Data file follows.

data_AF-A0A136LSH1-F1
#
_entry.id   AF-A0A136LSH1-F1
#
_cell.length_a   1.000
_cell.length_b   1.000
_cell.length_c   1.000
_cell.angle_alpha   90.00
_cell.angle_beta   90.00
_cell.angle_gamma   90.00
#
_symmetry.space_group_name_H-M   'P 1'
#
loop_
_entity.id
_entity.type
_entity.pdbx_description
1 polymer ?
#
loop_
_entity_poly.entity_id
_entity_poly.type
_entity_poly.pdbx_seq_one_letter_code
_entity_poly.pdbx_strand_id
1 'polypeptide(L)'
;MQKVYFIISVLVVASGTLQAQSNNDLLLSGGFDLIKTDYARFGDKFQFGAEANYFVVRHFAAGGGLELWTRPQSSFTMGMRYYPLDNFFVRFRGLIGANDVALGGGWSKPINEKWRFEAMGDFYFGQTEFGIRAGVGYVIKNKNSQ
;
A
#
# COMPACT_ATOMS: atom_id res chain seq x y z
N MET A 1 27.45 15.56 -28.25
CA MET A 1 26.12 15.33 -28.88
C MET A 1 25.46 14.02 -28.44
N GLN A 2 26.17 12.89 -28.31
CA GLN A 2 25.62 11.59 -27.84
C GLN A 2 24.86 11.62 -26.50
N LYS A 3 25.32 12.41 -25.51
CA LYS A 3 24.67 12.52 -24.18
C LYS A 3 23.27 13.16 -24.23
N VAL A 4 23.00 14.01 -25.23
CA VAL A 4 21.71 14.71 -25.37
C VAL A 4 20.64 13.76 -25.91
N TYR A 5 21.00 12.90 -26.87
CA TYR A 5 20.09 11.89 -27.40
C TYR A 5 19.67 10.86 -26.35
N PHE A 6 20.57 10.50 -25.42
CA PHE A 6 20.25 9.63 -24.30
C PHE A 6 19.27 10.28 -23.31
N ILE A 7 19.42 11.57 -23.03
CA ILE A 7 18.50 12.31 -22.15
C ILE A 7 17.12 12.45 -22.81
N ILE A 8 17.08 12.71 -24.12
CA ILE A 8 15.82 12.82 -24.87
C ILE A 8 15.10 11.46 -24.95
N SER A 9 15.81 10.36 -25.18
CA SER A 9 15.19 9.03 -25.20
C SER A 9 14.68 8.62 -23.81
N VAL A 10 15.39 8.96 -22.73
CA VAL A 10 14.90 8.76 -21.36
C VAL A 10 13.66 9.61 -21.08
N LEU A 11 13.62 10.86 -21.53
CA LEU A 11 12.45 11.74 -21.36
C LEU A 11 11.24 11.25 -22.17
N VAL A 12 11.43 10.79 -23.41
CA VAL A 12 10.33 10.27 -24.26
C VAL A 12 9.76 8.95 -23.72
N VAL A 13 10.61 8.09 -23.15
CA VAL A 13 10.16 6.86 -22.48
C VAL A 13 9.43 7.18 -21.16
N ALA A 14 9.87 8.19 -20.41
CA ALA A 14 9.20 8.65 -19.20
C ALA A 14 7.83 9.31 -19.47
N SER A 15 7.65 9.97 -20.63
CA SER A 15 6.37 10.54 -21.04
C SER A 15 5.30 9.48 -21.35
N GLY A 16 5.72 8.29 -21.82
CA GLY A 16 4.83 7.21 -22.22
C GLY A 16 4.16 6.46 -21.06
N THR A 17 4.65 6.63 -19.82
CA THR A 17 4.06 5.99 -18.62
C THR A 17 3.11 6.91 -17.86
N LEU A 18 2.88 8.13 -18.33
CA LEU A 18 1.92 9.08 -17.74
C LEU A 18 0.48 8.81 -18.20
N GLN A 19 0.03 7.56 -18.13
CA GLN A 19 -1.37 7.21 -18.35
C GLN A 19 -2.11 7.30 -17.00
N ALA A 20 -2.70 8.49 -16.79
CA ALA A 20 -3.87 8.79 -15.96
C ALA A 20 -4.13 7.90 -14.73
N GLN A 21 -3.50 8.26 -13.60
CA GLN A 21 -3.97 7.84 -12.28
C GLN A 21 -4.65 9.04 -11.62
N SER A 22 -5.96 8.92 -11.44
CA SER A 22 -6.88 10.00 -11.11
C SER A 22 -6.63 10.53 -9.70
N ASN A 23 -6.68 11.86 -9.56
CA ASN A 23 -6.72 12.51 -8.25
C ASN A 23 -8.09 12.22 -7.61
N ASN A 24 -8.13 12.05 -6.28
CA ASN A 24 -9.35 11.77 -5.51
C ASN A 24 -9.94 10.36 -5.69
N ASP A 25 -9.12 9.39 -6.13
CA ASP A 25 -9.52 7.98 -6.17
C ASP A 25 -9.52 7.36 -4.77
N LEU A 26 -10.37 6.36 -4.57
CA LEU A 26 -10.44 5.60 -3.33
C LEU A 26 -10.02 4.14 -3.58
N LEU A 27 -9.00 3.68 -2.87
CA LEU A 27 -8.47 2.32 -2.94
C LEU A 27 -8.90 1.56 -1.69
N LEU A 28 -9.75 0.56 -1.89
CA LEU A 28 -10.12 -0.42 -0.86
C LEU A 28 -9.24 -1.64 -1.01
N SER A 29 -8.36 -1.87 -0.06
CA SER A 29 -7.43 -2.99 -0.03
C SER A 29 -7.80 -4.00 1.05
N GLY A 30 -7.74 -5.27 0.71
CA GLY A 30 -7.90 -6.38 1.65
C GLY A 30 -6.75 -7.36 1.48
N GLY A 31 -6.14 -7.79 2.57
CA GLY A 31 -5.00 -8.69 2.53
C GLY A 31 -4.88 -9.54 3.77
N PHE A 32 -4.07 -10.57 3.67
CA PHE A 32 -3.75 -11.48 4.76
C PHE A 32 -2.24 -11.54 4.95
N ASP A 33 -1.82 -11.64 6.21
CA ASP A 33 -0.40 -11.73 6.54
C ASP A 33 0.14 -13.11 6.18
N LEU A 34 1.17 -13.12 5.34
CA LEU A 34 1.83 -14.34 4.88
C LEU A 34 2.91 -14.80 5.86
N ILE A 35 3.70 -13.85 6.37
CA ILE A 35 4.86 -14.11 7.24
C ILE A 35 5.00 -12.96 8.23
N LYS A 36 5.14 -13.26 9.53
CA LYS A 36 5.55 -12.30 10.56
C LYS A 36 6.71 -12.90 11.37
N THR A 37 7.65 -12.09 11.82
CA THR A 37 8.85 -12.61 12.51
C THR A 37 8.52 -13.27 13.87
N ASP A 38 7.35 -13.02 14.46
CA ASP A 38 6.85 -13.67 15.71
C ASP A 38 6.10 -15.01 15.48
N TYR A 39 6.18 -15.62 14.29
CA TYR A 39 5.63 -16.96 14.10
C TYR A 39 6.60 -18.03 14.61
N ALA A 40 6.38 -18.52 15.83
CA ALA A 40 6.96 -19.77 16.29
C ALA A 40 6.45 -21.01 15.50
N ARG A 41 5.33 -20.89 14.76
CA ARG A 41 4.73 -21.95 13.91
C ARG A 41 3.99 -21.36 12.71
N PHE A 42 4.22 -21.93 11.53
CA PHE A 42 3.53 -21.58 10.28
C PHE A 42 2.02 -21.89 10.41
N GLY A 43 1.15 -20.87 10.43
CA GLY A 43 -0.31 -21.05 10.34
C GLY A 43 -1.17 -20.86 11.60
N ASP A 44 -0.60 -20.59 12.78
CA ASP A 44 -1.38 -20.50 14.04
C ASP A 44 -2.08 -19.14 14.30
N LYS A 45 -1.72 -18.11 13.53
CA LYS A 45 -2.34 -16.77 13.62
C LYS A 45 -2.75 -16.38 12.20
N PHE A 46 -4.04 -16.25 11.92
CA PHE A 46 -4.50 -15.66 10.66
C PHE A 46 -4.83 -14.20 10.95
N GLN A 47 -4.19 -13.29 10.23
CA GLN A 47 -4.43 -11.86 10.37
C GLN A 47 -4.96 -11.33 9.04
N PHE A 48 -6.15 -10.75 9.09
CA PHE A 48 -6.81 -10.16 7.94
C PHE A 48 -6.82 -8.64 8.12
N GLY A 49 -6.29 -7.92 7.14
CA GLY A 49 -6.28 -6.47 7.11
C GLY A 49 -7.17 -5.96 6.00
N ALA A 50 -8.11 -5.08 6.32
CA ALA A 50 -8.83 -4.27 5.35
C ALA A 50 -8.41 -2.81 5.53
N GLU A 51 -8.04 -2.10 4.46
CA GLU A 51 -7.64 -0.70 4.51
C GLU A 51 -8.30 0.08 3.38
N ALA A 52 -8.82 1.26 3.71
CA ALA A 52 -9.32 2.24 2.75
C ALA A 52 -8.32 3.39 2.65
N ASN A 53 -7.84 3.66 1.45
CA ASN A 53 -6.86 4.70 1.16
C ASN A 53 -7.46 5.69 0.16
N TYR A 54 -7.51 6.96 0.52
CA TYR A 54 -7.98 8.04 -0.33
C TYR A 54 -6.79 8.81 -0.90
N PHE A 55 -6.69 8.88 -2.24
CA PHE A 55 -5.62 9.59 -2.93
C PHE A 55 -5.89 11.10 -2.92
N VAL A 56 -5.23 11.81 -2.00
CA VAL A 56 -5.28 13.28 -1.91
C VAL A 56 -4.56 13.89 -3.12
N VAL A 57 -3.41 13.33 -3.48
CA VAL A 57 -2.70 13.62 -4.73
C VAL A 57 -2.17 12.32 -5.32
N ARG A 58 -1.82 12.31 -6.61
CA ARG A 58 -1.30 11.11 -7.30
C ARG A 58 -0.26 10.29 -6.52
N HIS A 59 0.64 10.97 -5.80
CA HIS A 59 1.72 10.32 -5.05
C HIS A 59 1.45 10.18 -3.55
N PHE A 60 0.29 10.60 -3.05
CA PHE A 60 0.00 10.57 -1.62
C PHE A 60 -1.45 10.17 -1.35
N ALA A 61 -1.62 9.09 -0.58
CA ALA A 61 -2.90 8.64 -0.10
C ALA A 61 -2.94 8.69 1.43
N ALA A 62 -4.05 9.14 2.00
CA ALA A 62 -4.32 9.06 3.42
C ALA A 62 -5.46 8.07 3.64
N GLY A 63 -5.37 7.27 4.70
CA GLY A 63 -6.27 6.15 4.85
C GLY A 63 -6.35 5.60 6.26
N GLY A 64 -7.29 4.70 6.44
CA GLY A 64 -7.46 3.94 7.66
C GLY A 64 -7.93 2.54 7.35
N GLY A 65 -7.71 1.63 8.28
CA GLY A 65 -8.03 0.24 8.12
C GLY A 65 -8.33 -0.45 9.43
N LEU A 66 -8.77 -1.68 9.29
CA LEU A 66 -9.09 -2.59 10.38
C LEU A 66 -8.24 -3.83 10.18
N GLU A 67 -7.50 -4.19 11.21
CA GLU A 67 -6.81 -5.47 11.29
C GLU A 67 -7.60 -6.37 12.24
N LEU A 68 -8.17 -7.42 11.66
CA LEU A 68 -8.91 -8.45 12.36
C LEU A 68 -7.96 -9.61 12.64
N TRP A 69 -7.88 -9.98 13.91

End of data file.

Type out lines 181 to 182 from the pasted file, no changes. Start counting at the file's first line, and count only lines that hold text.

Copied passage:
N GLU A 51 -8.04 -2.10 4.46
CA GLU A 51 -7.64 -0.70 4.51